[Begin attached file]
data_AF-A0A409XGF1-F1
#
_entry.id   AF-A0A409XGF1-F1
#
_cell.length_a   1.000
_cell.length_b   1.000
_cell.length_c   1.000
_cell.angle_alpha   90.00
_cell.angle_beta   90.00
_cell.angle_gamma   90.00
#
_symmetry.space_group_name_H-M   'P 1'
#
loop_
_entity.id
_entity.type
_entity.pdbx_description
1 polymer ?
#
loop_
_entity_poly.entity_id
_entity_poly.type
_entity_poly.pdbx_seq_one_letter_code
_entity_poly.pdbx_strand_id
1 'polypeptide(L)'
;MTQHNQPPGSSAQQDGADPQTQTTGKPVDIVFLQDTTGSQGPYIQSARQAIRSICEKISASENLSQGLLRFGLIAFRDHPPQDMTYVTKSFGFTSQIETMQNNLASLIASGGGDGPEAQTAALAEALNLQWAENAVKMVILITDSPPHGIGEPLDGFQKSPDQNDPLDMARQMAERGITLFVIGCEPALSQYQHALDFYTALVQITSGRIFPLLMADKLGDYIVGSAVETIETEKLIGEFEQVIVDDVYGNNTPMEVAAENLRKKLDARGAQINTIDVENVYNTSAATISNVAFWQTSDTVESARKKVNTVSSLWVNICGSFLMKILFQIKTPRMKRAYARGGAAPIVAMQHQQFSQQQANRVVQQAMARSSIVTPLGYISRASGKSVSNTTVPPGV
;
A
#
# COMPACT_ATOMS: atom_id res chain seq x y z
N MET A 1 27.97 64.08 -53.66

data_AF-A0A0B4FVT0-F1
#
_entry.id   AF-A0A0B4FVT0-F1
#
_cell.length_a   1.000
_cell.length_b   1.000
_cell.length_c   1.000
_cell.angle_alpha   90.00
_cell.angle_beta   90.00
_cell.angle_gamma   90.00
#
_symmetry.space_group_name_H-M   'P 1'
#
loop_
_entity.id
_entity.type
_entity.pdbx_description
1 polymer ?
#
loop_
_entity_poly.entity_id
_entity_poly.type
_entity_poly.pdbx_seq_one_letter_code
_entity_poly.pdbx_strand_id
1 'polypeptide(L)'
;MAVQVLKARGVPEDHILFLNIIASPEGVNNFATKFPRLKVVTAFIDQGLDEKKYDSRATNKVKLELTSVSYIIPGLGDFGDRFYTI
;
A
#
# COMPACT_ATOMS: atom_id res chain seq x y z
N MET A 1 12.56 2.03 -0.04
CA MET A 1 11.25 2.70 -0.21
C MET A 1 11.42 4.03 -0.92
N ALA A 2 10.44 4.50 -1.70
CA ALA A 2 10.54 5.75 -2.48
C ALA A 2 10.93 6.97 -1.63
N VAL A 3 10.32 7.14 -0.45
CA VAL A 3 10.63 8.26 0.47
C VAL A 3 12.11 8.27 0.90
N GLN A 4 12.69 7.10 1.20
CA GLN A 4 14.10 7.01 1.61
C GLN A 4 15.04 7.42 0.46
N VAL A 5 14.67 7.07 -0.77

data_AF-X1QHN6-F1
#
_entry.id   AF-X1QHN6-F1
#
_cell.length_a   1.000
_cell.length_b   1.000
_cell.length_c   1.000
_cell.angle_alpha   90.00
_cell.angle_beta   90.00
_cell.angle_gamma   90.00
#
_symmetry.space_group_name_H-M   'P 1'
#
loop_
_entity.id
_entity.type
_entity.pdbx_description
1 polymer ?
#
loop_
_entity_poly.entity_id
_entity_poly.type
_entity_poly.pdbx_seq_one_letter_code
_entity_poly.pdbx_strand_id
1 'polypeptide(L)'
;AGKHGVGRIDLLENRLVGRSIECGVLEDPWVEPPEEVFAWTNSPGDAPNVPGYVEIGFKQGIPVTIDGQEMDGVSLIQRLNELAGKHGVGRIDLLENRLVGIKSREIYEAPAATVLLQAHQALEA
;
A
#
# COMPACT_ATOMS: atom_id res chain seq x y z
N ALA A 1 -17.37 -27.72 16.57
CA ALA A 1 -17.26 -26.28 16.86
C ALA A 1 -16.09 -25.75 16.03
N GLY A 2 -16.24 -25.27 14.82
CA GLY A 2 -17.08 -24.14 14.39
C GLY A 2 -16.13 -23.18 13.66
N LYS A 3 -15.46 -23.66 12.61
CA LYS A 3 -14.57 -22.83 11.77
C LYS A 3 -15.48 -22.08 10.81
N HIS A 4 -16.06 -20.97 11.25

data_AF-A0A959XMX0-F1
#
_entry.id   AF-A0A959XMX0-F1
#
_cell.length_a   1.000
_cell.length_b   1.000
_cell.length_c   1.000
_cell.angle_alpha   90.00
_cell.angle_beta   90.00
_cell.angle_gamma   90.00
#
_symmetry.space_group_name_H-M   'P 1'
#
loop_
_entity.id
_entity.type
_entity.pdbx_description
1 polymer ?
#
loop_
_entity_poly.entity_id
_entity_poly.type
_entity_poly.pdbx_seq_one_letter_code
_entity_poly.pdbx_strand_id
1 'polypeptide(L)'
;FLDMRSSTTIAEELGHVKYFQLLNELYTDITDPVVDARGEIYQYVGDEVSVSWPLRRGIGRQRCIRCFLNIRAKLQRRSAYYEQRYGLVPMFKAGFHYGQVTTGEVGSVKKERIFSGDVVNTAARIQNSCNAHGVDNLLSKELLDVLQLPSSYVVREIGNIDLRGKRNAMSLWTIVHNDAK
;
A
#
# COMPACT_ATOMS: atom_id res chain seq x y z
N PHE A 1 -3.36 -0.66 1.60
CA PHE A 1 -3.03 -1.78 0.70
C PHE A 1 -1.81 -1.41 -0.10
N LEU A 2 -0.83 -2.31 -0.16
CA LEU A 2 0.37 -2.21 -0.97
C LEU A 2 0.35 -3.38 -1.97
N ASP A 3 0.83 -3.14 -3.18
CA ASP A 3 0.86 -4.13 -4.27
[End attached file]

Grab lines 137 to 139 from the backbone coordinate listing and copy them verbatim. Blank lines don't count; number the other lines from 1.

_entity_poly.pdbx_seq_one_letter_code
_entity_poly.pdbx_strand_id
1 'polypeptide(L)'